Find a committee member who will work with your group on some level. Best if they can hold a hearing on your issue. But if not that, see if they will allow testimony before a committee meeting or at a committee meeting. Or at a minimum bring the issue up at the committee meeting to get it aired publicly.

Third: Build momentum by finding allies

You cannot win working alone. Strength comes from numbers. Reach out to individuals and groups to increase the chance of success. Start with people you know: neighbors, workers, those from a religious community and finally any citizens that may be serving on citizen advisory groups to the city, state or congress. Providing even a simple petition, on paper or on the Internet, shows that the issue has more than a handful of supporters.

If the issue is geographically based, approach the leadership of the local community council or religious organization. Even if just one of that organization’s board members is willing to sign in support of the issue, it will make an impression on a politician. Also, approach former elected officials to sign on, which may help garner media coverage.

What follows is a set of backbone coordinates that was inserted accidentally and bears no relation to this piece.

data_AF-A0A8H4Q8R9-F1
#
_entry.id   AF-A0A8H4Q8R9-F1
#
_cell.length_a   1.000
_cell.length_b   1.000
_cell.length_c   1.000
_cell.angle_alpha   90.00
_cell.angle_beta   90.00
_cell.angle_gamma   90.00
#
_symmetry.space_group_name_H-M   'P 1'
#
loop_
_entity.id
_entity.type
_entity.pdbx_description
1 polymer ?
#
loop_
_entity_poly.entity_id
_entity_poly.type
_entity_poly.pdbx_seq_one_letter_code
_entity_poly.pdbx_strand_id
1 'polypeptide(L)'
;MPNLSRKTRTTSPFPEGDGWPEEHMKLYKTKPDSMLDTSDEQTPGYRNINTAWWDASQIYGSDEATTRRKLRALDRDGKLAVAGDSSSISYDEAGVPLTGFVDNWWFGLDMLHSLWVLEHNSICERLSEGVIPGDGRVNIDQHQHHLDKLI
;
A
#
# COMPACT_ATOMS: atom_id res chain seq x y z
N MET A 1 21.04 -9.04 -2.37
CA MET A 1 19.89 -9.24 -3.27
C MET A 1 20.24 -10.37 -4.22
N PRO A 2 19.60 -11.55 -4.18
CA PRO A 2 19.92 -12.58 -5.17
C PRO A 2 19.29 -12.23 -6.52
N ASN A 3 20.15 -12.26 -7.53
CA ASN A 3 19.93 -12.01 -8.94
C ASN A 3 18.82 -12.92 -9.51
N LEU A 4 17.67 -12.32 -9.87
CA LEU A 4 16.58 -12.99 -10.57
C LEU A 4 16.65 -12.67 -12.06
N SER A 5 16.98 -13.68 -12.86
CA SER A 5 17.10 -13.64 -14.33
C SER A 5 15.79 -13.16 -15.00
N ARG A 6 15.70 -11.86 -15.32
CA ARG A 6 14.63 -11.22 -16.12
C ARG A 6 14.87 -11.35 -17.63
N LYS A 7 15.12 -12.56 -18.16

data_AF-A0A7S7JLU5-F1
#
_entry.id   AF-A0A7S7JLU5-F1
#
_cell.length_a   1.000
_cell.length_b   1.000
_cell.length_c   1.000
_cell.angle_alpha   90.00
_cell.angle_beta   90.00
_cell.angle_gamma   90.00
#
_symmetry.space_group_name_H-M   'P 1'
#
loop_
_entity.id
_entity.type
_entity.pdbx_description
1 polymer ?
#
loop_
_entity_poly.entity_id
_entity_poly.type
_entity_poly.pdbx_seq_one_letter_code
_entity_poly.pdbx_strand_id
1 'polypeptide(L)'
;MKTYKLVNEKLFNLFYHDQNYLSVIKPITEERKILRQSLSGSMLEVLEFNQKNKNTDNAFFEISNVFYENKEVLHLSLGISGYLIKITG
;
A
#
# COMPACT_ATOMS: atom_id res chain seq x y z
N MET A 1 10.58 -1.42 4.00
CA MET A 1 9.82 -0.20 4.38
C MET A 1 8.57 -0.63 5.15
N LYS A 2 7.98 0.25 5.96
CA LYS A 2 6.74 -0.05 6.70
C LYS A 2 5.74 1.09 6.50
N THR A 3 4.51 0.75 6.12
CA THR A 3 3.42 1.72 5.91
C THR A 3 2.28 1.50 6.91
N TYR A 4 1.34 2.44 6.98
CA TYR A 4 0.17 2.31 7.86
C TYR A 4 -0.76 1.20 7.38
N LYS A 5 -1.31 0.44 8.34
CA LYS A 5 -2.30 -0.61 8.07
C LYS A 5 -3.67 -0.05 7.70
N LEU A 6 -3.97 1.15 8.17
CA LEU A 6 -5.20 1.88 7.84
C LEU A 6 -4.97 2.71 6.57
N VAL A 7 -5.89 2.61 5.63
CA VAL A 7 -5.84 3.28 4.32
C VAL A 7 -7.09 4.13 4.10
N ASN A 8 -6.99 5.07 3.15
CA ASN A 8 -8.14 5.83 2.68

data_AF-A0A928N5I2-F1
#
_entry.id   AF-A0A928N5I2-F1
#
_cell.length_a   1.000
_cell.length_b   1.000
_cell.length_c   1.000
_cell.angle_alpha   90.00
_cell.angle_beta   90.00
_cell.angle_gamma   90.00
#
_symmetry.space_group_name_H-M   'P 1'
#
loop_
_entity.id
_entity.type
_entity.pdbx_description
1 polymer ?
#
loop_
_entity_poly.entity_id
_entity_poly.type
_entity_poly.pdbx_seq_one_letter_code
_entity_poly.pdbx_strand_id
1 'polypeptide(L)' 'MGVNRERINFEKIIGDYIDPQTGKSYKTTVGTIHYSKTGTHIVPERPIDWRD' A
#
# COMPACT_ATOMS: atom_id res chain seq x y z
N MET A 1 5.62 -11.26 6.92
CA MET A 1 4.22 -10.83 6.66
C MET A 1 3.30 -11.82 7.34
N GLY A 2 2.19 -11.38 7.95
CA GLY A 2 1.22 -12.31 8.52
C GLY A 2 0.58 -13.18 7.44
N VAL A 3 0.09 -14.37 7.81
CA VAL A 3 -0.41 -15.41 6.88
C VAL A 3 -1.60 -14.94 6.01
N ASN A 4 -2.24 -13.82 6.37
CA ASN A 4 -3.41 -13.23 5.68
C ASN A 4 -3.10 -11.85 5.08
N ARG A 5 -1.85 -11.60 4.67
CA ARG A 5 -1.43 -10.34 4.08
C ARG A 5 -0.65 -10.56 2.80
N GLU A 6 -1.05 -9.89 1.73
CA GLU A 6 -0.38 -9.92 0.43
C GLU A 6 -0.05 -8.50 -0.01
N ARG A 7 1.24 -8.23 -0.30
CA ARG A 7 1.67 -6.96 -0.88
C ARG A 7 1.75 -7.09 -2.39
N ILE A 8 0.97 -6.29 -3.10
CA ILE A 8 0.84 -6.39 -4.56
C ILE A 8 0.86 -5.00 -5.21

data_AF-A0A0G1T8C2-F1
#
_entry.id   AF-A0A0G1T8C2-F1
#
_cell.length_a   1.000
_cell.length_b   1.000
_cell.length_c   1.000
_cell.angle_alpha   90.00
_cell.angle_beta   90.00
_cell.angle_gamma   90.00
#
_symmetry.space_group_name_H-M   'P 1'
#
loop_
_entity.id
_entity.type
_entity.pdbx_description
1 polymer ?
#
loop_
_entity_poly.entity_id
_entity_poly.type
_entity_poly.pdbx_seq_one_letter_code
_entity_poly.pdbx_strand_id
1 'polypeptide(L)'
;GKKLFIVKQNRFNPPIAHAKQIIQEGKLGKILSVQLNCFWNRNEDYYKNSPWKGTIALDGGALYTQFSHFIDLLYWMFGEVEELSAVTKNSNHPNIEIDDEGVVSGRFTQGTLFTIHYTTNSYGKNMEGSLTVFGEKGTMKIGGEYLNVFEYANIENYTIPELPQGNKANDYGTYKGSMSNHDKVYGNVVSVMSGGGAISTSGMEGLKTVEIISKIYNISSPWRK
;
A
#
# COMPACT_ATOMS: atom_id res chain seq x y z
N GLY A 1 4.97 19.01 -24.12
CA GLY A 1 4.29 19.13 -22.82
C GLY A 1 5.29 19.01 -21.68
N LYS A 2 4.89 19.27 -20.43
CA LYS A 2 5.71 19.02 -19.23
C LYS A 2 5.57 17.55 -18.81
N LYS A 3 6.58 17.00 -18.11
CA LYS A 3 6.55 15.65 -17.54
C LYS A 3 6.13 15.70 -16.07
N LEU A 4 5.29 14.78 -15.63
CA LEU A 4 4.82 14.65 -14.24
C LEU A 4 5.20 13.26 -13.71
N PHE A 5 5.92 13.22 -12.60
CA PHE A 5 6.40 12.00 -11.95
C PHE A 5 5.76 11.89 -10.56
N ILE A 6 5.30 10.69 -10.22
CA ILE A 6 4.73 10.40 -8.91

If it is a non-geographically based issue, invite a representative from a national interest group or union to speak out. If they must travel to your city, see if you can cover their travel costs. Use that need as an opportunity to hold fundraising events and attract a broader base of support. If you have a noted speaker, request that they speak before a committee, a public forum or a hearing and invite the media to cover it.

Ask your supporters, including allied politicians, to contact potential sympathetic groups for a letter of support. The point is to show politicians and the public that the issue goes beyond the immediate advocating group from just one district or interest community.

Fourth: Use facts and question the reliability of the opposition’s